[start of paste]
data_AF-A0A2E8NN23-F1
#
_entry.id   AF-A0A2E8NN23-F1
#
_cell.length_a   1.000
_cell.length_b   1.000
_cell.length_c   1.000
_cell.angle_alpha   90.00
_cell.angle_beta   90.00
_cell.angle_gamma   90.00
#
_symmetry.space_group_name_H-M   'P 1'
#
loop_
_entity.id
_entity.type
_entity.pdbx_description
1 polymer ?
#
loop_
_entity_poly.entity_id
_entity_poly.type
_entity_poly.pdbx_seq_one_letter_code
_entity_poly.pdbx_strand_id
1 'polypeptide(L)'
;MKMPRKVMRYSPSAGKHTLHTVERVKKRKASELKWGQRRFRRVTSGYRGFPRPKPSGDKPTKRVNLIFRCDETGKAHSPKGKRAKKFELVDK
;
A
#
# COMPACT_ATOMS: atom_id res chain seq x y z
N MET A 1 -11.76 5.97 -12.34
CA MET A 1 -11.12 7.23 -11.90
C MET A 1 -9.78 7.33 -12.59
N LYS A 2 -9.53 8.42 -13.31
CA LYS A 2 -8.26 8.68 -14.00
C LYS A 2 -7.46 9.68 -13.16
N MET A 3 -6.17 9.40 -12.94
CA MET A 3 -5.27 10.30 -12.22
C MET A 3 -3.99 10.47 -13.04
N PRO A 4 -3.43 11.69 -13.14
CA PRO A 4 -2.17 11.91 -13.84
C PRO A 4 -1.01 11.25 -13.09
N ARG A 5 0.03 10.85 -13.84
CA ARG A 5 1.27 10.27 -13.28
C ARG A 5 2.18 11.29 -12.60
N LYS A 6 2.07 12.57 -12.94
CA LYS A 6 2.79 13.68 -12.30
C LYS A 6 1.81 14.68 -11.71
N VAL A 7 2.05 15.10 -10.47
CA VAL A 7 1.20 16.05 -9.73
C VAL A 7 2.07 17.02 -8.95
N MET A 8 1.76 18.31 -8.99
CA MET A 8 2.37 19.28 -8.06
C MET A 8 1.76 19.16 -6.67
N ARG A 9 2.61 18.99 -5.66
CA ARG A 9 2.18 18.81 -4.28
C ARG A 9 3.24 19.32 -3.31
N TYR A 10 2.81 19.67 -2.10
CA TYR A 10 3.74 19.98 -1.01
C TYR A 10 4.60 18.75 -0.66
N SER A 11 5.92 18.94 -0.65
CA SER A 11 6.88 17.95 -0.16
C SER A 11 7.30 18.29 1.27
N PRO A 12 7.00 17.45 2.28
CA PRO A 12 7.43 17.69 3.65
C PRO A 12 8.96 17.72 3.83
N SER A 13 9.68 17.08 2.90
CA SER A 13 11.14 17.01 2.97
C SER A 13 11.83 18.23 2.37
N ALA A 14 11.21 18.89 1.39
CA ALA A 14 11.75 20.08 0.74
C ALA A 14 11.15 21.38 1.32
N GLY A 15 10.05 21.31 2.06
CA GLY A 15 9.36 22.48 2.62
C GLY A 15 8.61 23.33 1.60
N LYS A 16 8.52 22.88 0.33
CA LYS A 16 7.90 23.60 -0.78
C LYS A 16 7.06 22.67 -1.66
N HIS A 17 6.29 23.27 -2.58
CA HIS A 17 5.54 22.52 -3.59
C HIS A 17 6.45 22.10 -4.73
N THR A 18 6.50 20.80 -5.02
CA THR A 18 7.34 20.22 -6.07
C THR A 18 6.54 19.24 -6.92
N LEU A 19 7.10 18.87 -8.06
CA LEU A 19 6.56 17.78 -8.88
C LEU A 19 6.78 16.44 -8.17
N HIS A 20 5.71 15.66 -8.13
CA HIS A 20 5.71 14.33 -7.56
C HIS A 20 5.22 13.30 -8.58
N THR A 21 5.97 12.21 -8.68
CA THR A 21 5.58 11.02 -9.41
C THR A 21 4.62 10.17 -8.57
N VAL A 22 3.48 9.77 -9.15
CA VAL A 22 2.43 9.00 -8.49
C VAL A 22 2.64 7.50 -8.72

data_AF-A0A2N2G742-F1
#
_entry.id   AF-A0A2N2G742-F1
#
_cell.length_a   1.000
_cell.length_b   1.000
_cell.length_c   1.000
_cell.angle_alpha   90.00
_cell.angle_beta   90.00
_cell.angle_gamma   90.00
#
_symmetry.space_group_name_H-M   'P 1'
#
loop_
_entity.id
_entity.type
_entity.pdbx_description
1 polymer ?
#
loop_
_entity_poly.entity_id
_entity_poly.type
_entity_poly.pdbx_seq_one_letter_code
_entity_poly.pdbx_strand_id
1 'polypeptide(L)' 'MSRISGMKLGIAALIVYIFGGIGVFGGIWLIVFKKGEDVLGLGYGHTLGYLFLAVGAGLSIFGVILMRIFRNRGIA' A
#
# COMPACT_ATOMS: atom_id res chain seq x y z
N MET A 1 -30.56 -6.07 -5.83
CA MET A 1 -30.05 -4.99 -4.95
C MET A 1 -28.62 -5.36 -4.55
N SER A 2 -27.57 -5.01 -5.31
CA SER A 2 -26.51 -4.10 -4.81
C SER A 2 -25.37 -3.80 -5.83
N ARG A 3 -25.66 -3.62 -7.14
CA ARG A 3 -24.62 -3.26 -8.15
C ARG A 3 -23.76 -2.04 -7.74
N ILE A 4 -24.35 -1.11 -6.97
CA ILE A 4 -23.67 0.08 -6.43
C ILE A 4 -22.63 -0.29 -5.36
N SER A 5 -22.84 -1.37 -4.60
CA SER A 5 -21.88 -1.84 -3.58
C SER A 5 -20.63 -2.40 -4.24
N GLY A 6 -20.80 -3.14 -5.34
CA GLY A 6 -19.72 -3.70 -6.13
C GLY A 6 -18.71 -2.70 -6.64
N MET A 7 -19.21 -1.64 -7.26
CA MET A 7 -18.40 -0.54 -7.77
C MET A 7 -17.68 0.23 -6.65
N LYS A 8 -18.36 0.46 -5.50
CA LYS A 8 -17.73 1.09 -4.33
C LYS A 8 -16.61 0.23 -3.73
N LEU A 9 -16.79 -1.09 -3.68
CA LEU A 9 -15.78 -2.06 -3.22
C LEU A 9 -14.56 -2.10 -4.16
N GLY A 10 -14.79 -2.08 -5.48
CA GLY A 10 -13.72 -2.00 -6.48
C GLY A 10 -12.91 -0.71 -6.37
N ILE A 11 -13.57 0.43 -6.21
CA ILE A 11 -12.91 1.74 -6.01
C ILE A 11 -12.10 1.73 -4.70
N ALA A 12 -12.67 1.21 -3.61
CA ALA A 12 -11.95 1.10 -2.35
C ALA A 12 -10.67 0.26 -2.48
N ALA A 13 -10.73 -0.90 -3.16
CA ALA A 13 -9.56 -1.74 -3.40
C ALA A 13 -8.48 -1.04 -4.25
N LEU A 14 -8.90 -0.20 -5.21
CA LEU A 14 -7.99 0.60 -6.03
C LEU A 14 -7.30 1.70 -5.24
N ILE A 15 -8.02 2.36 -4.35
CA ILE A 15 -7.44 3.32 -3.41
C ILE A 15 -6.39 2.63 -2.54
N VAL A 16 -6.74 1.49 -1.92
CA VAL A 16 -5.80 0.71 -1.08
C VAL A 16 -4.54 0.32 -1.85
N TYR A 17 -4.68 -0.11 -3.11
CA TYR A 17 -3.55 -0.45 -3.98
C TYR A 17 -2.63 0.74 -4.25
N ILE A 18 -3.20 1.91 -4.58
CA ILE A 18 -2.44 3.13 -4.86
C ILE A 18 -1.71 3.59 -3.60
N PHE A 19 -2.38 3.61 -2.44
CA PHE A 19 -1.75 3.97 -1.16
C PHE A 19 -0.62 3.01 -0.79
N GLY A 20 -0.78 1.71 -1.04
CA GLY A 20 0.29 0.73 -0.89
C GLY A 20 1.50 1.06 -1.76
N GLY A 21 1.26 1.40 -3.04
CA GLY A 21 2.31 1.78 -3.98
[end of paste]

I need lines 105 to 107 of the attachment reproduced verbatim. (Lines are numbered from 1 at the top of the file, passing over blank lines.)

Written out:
_cell.angle_beta   90.00
_cell.angle_gamma   90.00
#